Monday, April 25, 2011

Disabling iPhone Tracking ? Do it Yourself (DiT?DiY)


An iPhone iOS4 built-in tracking feature was recently discussed publicly as sharp people, Alasdair Allan and Pete Warden, created an opensource application called iPhone Tracker.

A file called "consolidated.db", that exists on iPhones and 3G iPads, contains enough information to map users movements thanks to tracking capabilities containing interesting stuff, like MAC Addresses of Access Points, GSM details, etc.

Since it became more public (and beyond the fact that it was already known..), tons of people are thinking that it could be a malicious feature from Apple. Here in this blog, we won't focus on political or strategic answers.

We just want to play our role: looking at technical security issues in this world of never-ending growing dependancies between humans and technologies. By the way, we don't want to repeat excellent analysis that already exist on many places over the web.

So, let's try to think about a solution for owners of iPhones who need strong privacy.

Disabling the threat on Jailbroken iDevices

There are multiple tiny technical problems discussed on the Net with this file "consolidated.db". This happens to be an Sqlite file, like many other files of the iPhone and the iPad.

A solution has been proposed to the owners of jailbroken iPhones, through a nice tool called "Untrackerd".

Once installed, a standard Unix process called "/usr/bin/untrackerd" runs in the background, and tries to regularly destroy parts of the consolidated.db file. More exactly, it will try to focus on SQL actions like:
DELETE FROM CellLocation WHERE Timestamp ..
DELETE FROM WifiLocation WHERE Timestamp ..

The problem is that most iPhone owners don't jailbreak their fetish device. So, this solution would not help in that case. Of course, having a jailbroken iPhone device is really powerful and you have many ways to disable those location tracking issues, as it's just a Unix fight between you (root) and some processes and files, with nothing hidden or complex.

Could we have something for standard end-users with no jailbreak ?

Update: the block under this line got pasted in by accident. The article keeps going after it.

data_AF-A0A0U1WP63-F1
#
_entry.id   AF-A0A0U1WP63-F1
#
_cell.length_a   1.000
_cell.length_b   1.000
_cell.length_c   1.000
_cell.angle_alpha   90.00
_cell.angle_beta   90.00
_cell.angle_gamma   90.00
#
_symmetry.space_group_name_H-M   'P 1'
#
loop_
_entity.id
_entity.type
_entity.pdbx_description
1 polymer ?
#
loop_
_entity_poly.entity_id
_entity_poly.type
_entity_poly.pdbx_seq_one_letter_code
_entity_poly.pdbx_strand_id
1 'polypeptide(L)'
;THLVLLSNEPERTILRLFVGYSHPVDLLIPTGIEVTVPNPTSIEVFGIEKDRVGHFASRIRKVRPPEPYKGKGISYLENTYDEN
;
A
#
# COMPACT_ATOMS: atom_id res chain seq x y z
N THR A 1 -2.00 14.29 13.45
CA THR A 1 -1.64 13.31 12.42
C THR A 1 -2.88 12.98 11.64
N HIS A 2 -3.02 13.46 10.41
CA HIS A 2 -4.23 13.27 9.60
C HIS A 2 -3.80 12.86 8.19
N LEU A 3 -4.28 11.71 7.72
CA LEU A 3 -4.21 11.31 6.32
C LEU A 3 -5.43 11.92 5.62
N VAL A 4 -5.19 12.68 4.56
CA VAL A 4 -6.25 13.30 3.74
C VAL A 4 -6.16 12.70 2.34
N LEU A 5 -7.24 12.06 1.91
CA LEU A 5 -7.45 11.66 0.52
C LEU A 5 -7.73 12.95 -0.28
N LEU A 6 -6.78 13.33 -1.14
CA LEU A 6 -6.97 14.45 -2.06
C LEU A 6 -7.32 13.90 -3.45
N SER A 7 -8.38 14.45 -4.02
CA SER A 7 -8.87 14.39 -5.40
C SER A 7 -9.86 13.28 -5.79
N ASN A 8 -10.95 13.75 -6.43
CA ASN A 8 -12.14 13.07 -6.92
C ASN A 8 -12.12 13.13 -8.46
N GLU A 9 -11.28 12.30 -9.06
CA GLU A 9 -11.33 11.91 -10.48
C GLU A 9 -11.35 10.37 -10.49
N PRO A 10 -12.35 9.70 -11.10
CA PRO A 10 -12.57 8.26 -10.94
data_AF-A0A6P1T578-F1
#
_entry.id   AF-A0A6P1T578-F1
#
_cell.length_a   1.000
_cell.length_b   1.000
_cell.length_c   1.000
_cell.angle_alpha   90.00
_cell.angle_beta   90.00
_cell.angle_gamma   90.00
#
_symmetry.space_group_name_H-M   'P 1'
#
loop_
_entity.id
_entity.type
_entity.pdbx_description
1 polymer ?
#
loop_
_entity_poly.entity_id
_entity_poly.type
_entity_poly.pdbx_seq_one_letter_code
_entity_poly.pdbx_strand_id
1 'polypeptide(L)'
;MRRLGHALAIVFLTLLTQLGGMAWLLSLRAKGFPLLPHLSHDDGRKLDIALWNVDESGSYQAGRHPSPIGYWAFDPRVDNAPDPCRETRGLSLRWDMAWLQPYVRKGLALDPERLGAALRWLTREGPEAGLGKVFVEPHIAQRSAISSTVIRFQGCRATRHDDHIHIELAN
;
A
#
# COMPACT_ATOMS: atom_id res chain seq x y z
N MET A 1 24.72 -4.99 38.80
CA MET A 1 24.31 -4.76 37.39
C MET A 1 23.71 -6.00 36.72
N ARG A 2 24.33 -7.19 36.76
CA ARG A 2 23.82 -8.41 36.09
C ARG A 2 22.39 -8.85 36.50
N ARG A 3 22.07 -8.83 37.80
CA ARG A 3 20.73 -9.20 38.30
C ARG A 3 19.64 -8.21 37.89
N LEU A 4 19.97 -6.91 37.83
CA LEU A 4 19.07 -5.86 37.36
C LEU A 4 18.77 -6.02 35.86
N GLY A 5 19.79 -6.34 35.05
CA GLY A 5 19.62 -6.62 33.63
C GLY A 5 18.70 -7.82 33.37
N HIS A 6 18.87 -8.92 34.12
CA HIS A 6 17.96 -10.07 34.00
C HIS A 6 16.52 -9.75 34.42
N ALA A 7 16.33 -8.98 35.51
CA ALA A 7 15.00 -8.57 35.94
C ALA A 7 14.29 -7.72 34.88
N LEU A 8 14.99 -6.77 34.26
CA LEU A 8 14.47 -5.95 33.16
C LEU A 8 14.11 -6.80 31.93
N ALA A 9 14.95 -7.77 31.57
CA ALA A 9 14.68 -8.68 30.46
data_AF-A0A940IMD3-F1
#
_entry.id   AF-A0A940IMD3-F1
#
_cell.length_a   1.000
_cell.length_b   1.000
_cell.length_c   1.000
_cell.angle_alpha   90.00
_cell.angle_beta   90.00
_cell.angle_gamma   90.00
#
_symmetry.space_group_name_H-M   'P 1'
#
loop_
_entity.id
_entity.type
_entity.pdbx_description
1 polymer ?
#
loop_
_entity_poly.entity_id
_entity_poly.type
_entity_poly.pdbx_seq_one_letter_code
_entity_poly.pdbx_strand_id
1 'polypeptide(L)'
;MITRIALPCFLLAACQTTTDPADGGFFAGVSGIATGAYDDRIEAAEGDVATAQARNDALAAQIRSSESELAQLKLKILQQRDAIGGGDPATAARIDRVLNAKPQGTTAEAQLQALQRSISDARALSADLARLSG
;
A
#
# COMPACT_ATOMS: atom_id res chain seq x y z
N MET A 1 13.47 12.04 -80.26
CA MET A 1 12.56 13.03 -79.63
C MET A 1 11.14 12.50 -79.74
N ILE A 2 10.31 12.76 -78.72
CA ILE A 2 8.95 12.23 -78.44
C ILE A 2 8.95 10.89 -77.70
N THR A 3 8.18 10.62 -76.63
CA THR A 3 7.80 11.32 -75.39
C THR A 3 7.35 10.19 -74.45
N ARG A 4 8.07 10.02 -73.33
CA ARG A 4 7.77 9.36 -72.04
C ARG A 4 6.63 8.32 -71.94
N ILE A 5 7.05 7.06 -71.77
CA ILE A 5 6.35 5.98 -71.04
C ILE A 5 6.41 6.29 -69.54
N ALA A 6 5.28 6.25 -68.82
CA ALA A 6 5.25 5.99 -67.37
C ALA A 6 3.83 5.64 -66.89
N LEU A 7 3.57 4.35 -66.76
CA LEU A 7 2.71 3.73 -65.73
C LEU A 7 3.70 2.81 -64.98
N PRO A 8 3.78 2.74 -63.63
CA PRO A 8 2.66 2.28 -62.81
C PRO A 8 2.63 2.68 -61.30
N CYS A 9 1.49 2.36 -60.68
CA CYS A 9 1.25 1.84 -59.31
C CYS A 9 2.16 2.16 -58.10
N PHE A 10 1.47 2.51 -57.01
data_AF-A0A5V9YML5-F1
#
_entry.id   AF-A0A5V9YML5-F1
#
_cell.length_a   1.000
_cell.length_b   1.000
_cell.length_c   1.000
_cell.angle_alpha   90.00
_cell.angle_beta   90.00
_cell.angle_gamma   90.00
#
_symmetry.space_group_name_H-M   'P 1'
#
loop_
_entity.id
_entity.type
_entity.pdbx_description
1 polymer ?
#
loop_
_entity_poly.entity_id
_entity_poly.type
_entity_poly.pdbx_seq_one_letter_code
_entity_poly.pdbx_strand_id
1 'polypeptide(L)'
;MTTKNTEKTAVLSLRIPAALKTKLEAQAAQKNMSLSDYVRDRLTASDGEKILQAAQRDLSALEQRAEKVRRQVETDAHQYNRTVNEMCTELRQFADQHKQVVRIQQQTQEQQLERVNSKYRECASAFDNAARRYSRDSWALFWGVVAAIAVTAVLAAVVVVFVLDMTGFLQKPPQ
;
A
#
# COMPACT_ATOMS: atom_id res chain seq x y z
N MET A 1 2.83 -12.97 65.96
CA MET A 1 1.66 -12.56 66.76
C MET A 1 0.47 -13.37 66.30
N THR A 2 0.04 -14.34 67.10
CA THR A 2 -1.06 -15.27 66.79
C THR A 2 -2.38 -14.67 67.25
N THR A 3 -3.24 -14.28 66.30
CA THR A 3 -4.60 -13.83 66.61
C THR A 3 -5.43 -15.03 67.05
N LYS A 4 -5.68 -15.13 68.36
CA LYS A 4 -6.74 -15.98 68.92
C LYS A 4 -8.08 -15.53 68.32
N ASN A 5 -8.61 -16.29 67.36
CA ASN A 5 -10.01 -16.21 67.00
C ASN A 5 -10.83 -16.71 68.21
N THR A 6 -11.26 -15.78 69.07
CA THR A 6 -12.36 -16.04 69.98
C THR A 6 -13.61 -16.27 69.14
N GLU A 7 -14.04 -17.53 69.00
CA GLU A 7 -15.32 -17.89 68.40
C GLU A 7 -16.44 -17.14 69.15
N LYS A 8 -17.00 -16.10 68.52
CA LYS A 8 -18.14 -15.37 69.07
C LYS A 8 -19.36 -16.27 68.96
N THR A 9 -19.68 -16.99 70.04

Trying to disable the threats on non-jailbroken iPhones

A nice proposition was published by Dominic White on his blog ( ). Basically, he explains that you can take the latest backup of your iPhone, open this file to extract the unwanted "consolidated.db" file. Then if you modify it, re-insert it in the backup, and ask iTunes to do a recovery of your iPhone on this latest (modified) backup, you'll have fake data on a non jailbroken iPhone !

This is a quite good article, with technical details about how to play with the backup issues and files extractions, etc.

To quote this blog again, one limitation would then be that you would have to do all those steps regularly, in order to clean the new location data that gets written on the iPhone. What a pain..

Disabling iPhone Tracking, Do it Yourself :-)

Here is our humble solution for non-jailbroken iPhones. On such a device, we can't delete/shred the consolidated.db file. We can't add programs on the iPhone (for classical end-users) that would add security. We can't modify permissions on the file system. We can't do so many things, as it's a non-jailbroken iPhone.

So, for those who are forced to live with the file "consolidated.db" itself, TEHTRI-Security proposes to patch this Apple file, and to add some lines of hacking inside it. We found that by adding SQL TRIGGERS inside the file itself, we can totally get rid of the tracking issues.